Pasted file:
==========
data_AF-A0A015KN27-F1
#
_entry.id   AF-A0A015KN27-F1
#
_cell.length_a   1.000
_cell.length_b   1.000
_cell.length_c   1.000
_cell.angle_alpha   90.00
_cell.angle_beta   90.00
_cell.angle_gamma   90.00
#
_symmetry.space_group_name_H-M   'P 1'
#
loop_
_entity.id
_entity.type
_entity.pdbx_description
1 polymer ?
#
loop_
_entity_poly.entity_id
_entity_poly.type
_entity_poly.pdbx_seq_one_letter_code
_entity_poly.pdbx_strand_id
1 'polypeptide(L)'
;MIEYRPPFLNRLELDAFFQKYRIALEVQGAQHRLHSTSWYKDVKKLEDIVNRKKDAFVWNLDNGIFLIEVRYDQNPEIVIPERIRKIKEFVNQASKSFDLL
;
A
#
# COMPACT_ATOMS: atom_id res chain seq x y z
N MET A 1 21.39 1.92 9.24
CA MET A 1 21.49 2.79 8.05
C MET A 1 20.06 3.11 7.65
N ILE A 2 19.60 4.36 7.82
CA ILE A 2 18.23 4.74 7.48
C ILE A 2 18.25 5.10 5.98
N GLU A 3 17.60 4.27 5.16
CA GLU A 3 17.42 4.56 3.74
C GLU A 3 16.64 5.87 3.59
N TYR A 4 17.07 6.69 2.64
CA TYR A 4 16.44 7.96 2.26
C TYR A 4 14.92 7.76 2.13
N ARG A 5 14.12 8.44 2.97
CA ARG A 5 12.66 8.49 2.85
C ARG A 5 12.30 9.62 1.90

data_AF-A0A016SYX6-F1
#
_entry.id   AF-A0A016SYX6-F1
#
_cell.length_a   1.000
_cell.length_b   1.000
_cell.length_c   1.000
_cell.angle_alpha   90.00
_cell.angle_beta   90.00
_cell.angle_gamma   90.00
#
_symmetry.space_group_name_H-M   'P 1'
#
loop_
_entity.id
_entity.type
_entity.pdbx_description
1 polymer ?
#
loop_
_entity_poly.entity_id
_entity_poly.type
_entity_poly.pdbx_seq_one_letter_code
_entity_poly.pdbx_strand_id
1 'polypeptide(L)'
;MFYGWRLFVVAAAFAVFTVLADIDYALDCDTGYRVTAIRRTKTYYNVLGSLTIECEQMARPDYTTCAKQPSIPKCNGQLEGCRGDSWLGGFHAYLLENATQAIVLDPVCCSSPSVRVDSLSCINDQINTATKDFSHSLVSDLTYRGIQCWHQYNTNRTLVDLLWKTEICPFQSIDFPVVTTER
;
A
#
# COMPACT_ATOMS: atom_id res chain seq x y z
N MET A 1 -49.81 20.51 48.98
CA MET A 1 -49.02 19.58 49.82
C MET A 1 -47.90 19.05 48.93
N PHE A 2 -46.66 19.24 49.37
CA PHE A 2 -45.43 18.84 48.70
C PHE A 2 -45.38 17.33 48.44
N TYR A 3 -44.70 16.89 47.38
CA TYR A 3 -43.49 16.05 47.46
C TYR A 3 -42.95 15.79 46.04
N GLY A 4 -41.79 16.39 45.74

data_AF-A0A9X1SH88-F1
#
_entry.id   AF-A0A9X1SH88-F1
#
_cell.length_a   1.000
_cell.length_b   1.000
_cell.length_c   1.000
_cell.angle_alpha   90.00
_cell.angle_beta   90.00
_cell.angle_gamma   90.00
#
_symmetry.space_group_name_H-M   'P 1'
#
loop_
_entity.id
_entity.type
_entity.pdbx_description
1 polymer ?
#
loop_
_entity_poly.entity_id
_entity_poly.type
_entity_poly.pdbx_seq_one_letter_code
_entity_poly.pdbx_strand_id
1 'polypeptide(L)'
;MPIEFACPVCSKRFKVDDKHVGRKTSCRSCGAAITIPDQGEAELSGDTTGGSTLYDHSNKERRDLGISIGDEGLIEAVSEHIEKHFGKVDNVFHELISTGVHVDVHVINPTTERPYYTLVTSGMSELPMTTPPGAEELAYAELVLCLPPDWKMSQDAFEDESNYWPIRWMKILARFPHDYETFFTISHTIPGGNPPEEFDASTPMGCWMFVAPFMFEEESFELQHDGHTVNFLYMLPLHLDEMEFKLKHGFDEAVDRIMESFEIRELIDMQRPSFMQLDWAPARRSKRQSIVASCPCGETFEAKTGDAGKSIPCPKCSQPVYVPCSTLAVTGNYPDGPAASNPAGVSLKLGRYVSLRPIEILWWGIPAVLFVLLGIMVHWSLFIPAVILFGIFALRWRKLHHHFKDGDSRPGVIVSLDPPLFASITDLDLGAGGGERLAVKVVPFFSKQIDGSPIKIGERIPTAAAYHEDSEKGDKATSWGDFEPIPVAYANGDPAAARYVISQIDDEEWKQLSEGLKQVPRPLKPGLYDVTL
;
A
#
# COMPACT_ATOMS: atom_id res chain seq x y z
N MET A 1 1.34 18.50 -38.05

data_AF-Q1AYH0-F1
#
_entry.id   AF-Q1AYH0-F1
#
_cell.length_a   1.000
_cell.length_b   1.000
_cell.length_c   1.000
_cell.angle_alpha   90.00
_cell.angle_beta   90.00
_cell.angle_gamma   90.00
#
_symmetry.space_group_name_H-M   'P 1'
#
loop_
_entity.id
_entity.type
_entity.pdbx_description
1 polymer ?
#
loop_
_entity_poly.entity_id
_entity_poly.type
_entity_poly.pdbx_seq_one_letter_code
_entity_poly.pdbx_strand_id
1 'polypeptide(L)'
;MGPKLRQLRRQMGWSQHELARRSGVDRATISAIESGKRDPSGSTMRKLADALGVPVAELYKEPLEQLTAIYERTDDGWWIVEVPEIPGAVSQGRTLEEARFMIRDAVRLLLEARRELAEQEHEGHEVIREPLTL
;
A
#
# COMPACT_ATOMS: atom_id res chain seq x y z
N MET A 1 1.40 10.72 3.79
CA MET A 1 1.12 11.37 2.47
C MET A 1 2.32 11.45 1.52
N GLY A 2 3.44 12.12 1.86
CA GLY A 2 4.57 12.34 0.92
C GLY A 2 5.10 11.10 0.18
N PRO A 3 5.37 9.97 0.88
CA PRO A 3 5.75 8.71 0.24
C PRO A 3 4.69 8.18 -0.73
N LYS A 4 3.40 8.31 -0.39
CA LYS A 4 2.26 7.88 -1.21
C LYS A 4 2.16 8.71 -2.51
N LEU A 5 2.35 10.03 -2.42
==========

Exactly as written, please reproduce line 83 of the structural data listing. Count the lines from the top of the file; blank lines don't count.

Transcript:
CA TYR A 3 -43.49 16.05 47.46